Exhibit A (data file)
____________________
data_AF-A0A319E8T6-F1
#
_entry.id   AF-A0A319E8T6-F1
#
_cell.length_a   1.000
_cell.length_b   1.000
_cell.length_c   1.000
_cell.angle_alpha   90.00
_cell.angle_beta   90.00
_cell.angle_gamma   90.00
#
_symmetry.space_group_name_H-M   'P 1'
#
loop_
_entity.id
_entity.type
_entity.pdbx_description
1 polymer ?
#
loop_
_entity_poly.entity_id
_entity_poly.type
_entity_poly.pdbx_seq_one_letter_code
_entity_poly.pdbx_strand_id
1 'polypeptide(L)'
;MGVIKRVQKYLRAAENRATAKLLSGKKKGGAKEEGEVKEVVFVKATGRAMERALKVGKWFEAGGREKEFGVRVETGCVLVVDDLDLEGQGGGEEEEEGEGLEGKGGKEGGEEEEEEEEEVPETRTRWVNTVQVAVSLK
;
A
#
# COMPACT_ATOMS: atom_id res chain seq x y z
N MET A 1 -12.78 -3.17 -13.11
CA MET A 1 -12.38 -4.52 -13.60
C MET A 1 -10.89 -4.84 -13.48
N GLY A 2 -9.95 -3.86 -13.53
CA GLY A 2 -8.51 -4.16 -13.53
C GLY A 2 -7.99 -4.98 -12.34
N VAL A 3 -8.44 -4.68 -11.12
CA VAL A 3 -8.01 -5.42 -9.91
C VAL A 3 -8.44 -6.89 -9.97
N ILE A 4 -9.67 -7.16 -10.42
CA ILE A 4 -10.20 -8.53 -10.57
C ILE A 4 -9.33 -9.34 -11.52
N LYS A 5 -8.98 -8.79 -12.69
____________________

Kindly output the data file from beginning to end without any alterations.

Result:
data_AF-A0A319E8T6-F1
#
_entry.id   AF-A0A319E8T6-F1
#
_cell.length_a   1.000
_cell.length_b   1.000
_cell.length_c   1.000
_cell.angle_alpha   90.00
_cell.angle_beta   90.00
_cell.angle_gamma   90.00
#
_symmetry.space_group_name_H-M   'P 1'
#
loop_
_entity.id
_entity.type
_entity.pdbx_description
1 polymer ?
#
loop_
_entity_poly.entity_id
_entity_poly.type
_entity_poly.pdbx_seq_one_letter_code
_entity_poly.pdbx_strand_id
1 'polypeptide(L)'
;MGVIKRVQKYLRAAENRATAKLLSGKKKGGAKEEGEVKEVVFVKATGRAMERALKVGKWFEAGGREKEFGVRVETGCVLVVDDLDLEGQGGGEEEEEGEGLEGKGGKEGGEEEEEEEEEVPETRTRWVNTVQVAVSLK
;
A
#
# COMPACT_ATOMS: atom_id res chain seq x y z
N MET A 1 -12.78 -3.17 -13.11
CA MET A 1 -12.38 -4.52 -13.60
C MET A 1 -10.89 -4.84 -13.48
N GLY A 2 -9.95 -3.86 -13.53
CA GLY A 2 -8.51 -4.16 -13.53
C GLY A 2 -7.99 -4.98 -12.34
N VAL A 3 -8.44 -4.68 -11.12
CA VAL A 3 -8.01 -5.42 -9.91
C VAL A 3 -8.44 -6.89 -9.97
N ILE A 4 -9.67 -7.16 -10.42
CA ILE A 4 -10.20 -8.53 -10.57
C ILE A 4 -9.33 -9.34 -11.52
N LYS A 5 -8.98 -8.79 -12.69